Afghanistan: School Funding Needed as Number of Students Increases
The number of students enrolled in Afghanistan’s schools has increased dramatically over the last eight months, according to an ongoing survey by the United Nations Children’s Fund (UNICEF) back-to-school program. With a campaign target of 1.78 million child enrollees nationwide, the survey — which started in May and will end in September — shows that 1.25 million children are already attending schools in 20 of Afghanistan’s 32 provinces. “The latest information shows that 30 percent of pupils now attending school are girls, and the ratio between girls and boys is relatively similar across the country,” said UNICEF spokesman Edward Carwardine. In addition, women now account for 36 percent of the 27,000 teachers in the surveyed regions. Under the repressive Taliban regime, girls were not allowed to attend school and women were prohibited from teaching.
However, this data also shows a continued need for more educational funding. UNICEF requested a total of $57 million for the 2002 education campaign in Afghanistan and nearly all of the $33 million received has been exhausted, according to UNICEF. An additional $24 million is estimated as needed to pay for teachers, training, curricula development, books, and supplies, among other needs.
2/27/2015 This Bipartisan Bill Will Hold Colleges Accountable for Ending Campus Sexual Assault - A bipartisan bill aimed at holding colleges and universities accountable for rape and sexual assault cases was introduced in Congress yesterday, spearheaded by Senator Kirsten Gillibrand (D-NY).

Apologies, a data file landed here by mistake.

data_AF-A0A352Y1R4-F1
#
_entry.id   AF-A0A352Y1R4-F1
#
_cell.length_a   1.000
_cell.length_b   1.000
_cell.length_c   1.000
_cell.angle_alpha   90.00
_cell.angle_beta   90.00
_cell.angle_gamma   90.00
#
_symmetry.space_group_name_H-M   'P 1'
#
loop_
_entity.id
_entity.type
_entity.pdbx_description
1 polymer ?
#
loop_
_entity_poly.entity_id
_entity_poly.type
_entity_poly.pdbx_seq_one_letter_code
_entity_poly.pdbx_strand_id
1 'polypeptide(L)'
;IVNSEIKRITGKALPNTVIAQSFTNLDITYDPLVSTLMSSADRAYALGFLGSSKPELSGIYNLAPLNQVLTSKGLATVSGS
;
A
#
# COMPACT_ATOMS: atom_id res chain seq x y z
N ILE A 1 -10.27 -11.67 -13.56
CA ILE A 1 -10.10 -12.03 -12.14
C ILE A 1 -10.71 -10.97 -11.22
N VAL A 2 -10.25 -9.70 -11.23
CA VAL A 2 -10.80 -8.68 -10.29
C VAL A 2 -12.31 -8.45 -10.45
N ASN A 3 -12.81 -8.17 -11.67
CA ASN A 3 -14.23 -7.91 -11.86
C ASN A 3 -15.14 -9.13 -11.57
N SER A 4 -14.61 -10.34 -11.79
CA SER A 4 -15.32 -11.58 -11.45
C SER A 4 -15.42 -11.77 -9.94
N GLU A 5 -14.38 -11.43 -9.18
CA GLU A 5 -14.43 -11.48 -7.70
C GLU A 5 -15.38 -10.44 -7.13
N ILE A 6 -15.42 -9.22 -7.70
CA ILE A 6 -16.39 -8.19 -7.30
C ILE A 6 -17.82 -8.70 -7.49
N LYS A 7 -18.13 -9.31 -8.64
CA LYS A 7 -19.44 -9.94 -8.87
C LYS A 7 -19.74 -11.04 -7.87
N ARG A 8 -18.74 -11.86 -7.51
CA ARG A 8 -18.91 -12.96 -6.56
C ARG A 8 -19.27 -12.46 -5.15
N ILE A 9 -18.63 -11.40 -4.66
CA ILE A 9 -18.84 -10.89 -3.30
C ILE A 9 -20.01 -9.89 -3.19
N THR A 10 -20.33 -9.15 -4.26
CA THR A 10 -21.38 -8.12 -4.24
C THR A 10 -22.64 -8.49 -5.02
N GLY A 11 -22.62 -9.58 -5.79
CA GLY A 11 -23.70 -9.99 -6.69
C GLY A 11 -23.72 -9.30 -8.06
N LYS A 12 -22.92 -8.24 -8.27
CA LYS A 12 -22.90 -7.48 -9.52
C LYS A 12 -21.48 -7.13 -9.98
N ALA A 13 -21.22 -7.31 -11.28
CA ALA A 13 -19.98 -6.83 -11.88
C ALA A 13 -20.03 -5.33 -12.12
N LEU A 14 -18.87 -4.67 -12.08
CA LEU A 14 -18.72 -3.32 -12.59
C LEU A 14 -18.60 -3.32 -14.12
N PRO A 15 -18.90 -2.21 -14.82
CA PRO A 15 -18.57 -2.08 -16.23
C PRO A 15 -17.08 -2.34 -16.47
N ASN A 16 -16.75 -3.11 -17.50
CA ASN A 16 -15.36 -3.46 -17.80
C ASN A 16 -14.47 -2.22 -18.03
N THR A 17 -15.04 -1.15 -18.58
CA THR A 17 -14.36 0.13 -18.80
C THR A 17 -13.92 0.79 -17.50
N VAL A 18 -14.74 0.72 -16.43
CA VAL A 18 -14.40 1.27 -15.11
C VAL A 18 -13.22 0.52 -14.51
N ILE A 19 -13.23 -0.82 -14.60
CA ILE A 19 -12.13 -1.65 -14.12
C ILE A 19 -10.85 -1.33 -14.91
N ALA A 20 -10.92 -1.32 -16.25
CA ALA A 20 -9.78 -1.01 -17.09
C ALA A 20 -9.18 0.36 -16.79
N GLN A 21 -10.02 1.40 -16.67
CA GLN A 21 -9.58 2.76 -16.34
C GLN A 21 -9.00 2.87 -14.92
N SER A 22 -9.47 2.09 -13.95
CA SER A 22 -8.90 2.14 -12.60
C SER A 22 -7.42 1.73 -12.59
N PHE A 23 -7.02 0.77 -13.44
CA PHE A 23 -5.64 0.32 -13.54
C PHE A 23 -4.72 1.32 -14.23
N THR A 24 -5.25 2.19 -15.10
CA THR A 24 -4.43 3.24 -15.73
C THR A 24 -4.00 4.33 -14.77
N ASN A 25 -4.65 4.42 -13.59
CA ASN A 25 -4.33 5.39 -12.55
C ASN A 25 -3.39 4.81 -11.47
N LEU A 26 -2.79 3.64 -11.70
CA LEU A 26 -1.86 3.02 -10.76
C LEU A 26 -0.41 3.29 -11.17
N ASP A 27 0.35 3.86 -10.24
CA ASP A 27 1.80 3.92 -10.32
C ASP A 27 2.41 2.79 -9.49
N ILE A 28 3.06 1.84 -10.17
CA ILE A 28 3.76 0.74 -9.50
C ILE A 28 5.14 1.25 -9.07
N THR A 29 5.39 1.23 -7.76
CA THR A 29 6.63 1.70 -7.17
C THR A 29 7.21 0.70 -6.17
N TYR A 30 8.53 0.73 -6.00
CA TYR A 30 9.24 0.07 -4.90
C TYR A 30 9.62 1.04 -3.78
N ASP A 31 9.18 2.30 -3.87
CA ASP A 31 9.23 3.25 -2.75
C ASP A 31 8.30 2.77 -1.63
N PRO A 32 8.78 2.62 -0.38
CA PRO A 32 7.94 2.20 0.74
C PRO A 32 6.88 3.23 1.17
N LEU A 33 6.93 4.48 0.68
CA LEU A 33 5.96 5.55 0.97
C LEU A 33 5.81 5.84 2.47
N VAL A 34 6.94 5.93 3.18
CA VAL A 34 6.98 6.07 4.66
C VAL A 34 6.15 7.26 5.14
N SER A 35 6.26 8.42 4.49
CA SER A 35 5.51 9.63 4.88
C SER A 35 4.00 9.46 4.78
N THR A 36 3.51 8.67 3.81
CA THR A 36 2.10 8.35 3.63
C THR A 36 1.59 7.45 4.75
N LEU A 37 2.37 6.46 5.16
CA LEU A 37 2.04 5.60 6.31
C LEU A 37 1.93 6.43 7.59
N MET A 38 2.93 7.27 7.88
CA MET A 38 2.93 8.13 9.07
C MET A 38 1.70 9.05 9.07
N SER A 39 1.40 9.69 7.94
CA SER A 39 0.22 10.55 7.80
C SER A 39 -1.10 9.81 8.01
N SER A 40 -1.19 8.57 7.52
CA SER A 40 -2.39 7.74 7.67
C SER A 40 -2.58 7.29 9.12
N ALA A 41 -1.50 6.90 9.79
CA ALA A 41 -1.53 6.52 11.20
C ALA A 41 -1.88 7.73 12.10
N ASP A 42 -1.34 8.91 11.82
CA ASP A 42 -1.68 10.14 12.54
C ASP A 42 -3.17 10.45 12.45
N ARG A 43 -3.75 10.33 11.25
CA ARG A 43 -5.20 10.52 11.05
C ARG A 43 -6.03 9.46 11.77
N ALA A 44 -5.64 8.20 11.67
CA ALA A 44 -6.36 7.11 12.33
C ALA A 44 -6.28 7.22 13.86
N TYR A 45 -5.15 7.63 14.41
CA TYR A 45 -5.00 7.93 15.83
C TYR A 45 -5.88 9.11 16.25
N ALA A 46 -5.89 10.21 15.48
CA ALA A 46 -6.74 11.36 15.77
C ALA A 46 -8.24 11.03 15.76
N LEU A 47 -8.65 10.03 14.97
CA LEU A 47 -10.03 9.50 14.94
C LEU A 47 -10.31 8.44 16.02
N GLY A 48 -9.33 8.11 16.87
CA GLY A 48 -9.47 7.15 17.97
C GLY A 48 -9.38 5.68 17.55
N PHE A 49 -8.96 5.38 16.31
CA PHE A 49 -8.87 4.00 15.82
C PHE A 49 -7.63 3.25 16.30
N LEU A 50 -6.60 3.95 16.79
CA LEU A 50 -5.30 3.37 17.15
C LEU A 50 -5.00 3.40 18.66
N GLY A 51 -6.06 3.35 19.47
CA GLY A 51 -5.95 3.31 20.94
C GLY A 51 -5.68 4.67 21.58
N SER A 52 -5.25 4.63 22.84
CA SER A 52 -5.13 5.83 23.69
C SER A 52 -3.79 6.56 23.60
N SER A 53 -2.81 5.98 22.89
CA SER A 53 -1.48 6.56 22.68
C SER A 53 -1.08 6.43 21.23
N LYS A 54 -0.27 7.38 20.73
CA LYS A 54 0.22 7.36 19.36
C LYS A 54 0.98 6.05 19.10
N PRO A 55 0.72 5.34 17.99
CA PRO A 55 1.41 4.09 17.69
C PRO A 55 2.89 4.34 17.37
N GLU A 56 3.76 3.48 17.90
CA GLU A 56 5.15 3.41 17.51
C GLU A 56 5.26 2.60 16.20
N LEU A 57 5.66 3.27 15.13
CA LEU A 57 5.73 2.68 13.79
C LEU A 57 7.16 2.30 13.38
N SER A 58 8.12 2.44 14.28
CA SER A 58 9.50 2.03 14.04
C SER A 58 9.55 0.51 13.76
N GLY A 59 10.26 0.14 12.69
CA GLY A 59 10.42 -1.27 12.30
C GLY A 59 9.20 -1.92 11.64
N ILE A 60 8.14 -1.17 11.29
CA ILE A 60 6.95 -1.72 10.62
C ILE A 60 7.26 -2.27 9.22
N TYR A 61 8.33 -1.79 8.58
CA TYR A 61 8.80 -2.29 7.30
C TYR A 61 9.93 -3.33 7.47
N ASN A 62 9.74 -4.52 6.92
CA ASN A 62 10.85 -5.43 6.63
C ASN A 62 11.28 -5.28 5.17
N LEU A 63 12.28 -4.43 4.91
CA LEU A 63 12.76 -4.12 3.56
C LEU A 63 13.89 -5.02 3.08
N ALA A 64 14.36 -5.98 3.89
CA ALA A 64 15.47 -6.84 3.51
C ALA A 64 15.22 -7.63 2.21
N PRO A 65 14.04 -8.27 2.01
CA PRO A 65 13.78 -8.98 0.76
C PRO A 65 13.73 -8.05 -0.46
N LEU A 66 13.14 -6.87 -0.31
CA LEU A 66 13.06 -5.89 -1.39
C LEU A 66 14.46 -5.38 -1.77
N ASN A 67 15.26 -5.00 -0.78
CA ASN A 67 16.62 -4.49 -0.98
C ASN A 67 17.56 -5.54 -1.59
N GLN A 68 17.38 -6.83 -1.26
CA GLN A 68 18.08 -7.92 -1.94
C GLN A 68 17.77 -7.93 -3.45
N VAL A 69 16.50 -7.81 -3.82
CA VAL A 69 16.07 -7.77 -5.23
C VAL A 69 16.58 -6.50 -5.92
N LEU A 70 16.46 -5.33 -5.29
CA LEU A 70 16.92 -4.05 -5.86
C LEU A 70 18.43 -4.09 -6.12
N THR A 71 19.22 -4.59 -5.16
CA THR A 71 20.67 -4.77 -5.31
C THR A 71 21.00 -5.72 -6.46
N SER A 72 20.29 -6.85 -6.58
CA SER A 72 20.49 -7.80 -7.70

Some of the Campus Accountability and Safety Act's key key provisions include a requirement of confidential reporting systems on colleges and universities, minimum training requirements for campus personnel, and stricter penalties for schools found to be in violation of Title IX or the Clery Act. . . .
2/26/2015 If This Bill Passes Federal Law Will Add Consent to Sex Ed Curriculums - Right now, federal law does not require health or sex education to include sexual assault prevention - but that could change with a new bill introduced by Senators Claire McCaskill (D-MO) and Tim Kaine (D-VA).
The Teach Safe Relationships Act of 2015, which was introduced earlier this month, would require all public secondary schools in the country to include teaching "safe relationship behavior" in order to help prevent domestic violence and sexual assault. . . .